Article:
Personal financial advisors are the go-to people when it comes to financial planning. They offer advice to clients in regards to their money goals, and help them financially prepare for the big milestones in their lives, including college expenses and retirement, notes the U.S. Department of Labor.

Smart Factor: What makes this career a good fit for intelligent people? "Personal financial advisors need to be able to spot financial trends and be ahead of the game on that," says Vincent. She adds that it's an especially smart career for someone with a banking or mortgage background.

Click to Find the Right Finance Program for You.

Education Options: Personal financial advisors typically need a bachelor's degree, says the Department of Labor. Majors that could provide good preparation include finance, accounting, or business, says the Department. And if, down the road, you want to expand your education and brainpower even more, a master's degree and certification in the field could help improve your chances of advancement.


Career #5 - Computer Systems Analyst

If you've ever been called a "computer nerd" or "tech geek," color yourself lucky. Why? Because when it comes to a tech-savvy career like computer systems analyst, being a geek-chic is practically part of the job description.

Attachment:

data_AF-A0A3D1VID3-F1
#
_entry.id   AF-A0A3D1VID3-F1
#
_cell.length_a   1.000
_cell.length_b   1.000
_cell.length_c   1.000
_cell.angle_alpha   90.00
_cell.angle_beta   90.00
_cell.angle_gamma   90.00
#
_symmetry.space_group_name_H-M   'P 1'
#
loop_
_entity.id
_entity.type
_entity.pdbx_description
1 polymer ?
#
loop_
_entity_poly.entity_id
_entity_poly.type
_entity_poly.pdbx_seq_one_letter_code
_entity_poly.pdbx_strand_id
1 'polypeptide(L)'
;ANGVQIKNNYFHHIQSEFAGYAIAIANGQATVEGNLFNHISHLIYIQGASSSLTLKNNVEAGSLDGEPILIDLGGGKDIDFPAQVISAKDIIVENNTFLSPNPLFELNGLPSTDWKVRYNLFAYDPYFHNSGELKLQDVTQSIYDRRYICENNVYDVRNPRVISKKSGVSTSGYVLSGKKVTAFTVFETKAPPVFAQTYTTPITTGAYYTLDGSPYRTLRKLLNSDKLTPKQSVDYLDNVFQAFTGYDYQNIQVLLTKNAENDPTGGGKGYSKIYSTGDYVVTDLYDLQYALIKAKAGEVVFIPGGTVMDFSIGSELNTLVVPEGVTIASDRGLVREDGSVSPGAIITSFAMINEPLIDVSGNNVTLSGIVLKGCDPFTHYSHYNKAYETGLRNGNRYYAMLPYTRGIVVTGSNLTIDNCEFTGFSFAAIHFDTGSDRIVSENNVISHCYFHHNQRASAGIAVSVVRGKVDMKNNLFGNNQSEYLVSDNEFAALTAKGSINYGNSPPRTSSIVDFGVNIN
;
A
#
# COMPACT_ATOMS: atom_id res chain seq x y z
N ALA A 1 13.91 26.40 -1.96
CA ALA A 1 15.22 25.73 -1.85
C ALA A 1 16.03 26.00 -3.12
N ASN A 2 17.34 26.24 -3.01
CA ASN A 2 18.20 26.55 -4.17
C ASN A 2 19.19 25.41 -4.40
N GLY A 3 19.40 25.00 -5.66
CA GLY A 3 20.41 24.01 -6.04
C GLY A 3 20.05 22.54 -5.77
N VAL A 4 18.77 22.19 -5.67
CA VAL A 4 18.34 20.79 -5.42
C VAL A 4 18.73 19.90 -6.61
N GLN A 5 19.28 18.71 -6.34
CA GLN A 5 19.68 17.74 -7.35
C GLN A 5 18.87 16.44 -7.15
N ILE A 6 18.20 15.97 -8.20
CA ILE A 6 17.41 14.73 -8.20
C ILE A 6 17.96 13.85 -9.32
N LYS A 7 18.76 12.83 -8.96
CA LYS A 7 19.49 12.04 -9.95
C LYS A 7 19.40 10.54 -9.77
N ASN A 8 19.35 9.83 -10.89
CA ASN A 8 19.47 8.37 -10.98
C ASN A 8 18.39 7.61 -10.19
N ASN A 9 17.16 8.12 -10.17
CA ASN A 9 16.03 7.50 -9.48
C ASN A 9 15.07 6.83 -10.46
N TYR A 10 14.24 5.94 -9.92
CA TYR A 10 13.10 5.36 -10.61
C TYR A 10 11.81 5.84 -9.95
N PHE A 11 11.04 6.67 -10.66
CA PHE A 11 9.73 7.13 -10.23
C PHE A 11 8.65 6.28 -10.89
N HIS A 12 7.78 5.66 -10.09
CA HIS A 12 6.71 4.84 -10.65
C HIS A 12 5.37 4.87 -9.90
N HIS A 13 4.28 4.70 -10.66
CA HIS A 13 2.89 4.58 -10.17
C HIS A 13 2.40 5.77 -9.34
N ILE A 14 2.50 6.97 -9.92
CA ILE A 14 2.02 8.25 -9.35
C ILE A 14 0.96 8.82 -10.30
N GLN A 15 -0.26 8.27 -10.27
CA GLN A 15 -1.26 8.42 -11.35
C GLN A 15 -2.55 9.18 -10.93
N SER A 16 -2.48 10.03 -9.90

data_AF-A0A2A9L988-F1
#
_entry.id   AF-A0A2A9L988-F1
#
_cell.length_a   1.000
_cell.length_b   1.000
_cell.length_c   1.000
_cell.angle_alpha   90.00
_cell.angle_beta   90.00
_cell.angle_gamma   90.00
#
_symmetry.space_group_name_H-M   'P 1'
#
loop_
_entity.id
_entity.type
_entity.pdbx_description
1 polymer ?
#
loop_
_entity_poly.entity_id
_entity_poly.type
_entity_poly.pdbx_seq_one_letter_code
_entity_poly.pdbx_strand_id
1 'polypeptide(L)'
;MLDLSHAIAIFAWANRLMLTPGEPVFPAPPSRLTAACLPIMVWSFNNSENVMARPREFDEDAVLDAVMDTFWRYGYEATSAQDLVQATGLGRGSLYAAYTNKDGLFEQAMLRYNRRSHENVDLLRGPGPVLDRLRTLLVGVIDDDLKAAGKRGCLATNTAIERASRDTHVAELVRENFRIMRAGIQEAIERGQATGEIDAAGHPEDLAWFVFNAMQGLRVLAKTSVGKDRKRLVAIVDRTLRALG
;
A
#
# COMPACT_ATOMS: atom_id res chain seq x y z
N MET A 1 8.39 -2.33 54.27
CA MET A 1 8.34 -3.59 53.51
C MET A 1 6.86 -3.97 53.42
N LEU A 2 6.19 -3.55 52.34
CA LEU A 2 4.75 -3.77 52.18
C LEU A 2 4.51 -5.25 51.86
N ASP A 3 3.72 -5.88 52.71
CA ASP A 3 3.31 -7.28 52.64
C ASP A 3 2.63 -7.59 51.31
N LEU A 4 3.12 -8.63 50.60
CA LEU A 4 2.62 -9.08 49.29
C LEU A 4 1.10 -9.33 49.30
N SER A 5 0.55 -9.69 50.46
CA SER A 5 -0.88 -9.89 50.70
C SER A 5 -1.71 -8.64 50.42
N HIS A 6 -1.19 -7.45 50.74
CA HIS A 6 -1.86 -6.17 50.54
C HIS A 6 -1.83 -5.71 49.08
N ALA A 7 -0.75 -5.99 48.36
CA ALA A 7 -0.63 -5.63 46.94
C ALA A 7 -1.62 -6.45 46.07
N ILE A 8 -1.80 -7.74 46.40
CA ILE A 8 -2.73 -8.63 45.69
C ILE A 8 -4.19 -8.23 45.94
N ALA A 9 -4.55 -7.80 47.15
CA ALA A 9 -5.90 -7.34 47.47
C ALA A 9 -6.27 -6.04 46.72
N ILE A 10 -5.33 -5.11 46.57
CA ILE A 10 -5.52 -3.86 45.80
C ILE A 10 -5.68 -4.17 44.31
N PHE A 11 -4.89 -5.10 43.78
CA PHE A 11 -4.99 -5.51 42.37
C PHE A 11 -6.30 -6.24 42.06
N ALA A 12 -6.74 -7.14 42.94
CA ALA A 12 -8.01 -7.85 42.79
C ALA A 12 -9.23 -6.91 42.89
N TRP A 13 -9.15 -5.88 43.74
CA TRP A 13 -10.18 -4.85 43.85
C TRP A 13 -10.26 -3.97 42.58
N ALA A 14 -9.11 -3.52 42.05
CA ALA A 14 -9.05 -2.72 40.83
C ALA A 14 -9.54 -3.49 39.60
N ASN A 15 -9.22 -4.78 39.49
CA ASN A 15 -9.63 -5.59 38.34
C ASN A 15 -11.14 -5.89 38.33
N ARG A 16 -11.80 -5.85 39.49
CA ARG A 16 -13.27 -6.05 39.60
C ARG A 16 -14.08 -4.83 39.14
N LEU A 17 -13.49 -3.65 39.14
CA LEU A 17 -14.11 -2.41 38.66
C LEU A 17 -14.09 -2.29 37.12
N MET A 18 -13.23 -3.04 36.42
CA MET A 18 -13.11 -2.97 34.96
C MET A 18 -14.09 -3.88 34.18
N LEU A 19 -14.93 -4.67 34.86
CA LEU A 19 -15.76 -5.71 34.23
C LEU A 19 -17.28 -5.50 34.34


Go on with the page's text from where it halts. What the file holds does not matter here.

Just look at what the job duties often entail: researching emerging technologies, coming up with ways to adapt existing computer systems to meet new needs, and devising new systems by choosing and configuring hardware and software, according to the U.S. Department of Labor.

Smart Factor: "Computer systems analysts not only need technical smarts, but they also need to be people smart," says Vincent. "They need to be able to translate geek-speak, talk about what they do, and explain it to non-technical people."

Click to Find the Right Computer or Information Science Program for You.

Education Options: If you want to hone your techie skills and climb up the clever ladder, consider earning a bachelor's degree in a computer or information science field - a route that is common in this career, says the Department of Labor. The Department also notes that some employers might also prefer applicants with a master's in business administration with a concentration in information systems.